A Vigil for Justice, is a serial thriller fiction novel. Updates of 1,000-1,500 words will be posted every Friday.
Recap: Sixteen-year-old Melanie Craig and her family live in the small Colorado mountain town of Blue River. Since the end of World War Three, the economy in the United States has dropped out making funding law enforcement impossible and increasing crime rates in all, but the smallest towns. The government passes a Law allowing anyone over 16 to kill three other people during their life. Vigilante justice doesn’t seem like the right solution to Melanie, but she has no choice other than to learn how to protect herself and her family.
Melanie had never been religious, yet, she found herself drawn to the small chapel in the hospital and not in mere passing. She had sought it out, asking a nurse where she could find it. She stopped at the threshold of the dimly lit room. White pine benches straddled a narrow isle leading to an altar made of the same pine and draped with a green cloth. No one was in the room. Melanie shuffled along the navy blue runner paving the way to the front, her mind was drawn into itself.
The idea of a god never sat right with her, but every time she found herself lost and clutching at the strings of hope, she sought god out. Maybe this was some menial proof that there was a god or maybe she was willing to do anything to comfort herself through a belief that somewhere there was a sort of unconditional love and peace, that her existence was more than this life.
Believing that there was nothing after death did not sit well with her either, but nothing in life provided her with any assurance that there was more than darkness after the last breath. Melanie clung to this world and the life that it offered her, even though, it was not as she had imagined it.
She struck the match along the small cardboard box. Breathing in the sulfur, she touched the flame to the small white candle. She sank to her knees. The cold tile pressed into her kneecaps. She closed her eyes and bowed her head.
She wasn’t asking for much, only that they all reach the safe zone alive. She knew that if there was a god, she had to keep her request straightforward and reasonable. Alive. Was that too much to ask? She didn’t mind so much if they were hungry, naked, injured, or sick. Just alive. She filled her lungs with the soft scent of incense, which she had not noticed before then. It sent a jolt through her. It had not been there when she first entered.
Her eyes popped open and she lifted her head swinging it around to see behind her. It was the older woman she had seen in the hallway, when she had sat waiting to be taken to see her mom after surgery. The woman sat on the bench on the second row. Her violet eyeglasses peeked out of the pocket on her white coat. Her caramel skin glowed in the flickering candlelight. Her head was tilted back and her eyes were closed.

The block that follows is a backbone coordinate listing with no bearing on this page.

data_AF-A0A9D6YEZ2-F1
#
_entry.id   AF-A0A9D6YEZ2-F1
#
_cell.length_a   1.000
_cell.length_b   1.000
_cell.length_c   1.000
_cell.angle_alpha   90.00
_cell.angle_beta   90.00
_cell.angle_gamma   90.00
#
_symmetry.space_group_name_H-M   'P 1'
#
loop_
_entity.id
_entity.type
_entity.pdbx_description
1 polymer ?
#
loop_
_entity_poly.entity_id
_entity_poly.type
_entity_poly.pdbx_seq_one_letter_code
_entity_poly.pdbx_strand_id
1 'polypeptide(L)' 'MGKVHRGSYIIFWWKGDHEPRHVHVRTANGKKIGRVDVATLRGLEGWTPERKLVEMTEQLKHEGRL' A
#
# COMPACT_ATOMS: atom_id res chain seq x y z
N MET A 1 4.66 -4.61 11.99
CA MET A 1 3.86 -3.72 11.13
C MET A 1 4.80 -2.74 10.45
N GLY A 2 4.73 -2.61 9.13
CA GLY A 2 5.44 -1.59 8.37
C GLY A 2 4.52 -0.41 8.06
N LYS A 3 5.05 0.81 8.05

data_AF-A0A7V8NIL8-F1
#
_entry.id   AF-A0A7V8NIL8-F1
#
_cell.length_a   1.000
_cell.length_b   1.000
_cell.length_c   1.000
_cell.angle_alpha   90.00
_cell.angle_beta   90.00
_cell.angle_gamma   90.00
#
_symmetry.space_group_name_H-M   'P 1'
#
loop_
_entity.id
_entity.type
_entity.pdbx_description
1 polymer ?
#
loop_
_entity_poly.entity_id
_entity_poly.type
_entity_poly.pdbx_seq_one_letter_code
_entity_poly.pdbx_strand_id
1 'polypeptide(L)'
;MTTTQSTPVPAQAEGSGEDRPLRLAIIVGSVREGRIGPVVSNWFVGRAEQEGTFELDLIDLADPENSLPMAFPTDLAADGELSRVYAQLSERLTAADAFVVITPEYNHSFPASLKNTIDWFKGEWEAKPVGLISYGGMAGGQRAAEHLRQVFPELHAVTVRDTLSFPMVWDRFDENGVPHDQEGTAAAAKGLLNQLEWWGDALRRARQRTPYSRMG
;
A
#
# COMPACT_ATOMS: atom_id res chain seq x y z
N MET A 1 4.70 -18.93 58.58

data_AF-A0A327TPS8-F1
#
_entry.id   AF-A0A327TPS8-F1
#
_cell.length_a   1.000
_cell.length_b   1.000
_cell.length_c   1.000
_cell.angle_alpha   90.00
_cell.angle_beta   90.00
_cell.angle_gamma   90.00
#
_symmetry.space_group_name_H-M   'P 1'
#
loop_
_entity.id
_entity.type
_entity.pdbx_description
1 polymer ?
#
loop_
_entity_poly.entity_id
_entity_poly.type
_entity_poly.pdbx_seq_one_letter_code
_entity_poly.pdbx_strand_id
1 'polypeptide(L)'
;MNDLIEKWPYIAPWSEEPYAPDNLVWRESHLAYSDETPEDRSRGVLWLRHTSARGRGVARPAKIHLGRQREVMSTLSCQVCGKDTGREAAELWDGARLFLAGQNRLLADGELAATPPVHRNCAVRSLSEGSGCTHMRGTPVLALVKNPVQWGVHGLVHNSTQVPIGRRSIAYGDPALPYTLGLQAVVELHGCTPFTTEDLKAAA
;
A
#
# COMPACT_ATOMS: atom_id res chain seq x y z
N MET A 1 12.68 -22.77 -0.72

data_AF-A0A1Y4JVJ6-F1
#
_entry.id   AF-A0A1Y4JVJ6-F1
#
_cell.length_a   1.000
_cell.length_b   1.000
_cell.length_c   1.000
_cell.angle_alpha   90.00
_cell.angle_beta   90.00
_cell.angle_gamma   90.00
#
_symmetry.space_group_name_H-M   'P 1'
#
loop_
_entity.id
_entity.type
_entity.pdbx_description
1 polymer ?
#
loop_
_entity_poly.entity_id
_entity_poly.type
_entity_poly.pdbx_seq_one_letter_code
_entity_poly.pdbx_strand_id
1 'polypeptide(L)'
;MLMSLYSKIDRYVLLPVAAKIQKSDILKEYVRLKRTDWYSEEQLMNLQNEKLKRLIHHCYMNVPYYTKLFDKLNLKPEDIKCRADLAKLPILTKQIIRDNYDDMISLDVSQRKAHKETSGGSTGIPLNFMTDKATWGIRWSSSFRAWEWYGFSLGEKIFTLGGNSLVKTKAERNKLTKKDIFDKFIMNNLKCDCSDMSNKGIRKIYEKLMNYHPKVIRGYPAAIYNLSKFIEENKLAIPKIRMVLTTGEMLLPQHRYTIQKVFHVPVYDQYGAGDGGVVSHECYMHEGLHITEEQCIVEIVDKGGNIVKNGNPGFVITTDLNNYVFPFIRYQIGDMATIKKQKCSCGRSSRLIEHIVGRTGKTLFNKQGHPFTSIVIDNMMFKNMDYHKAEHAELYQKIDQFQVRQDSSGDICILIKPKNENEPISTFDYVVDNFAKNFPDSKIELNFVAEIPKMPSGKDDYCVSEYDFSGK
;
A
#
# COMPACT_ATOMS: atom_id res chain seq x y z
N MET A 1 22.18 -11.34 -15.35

Melanie watched the rise and fall of her chest. A calm tranquil expression softened the lines of age at the corners of the woman’s eyes and mouth. Melanie got to her feet and the woman opened her brown eyes. Flecks of gold caught the light as a smile spread across the woman’s face.
“I’m Alyson Binkard,” she said and patted the spot next to her.
“Your mom’s here right?”
“I’m a doctor in the trauma unit, not a stocker.”
Melanie didn’t need to look at her to see the smile. She heard it along with the suppressed laugh in Alyson’s voice.
“I think god has been watching over your mamma. A bullet in the belly is generally fatal.”
Melanie turned to her this time.
“What’s your name?”
Alyson mouthed her name as if tasting it, and nodded her head a few times. “Well Melanie, I expect we will be seeing a bit of one another over the next week or two, while your mamma is here healing up. Perhaps we will get coffee sometime.”
Melanie smiled. “I’d like that.”
Melanie got to her feet and turned to go.
“Melanie, next time you’re in here, will you light a candle for me too?”
Melanie paused. “Of course, Dr. Binkard.”
“Alyson, please,” she said a gazed up at Melanie a sadness pulled at her face.
Melanie walked slowly back to her mom’s room. She looked in each of the rooms she passed. There were patients in each, sometimes three or four. Even in her mother’s room, there was another woman, who had been found at the bottom of a staircase, shattered and bleeding. She would hear the flat-line tone and rushing feet multiple times throughout the day and night, and she would hold onto her mom even tighter.
Melanie has been wandering the halls for three days now. Sometimes she watched her mom sleep, and sometimes she went for a walk. If her mom was awake, she was at her side.
Karalynn sent flowers, cookies, and books for Jennifer. She visited when she could.
Mitchel brought Sam in each morning and they had breakfast together, and then he would take her back to Karalynn’s where she could play and be a child. She knew she was lucky to have Mitchel to look after Sam and Daisy while she stayed with her mom. She didn’t even have to ask him.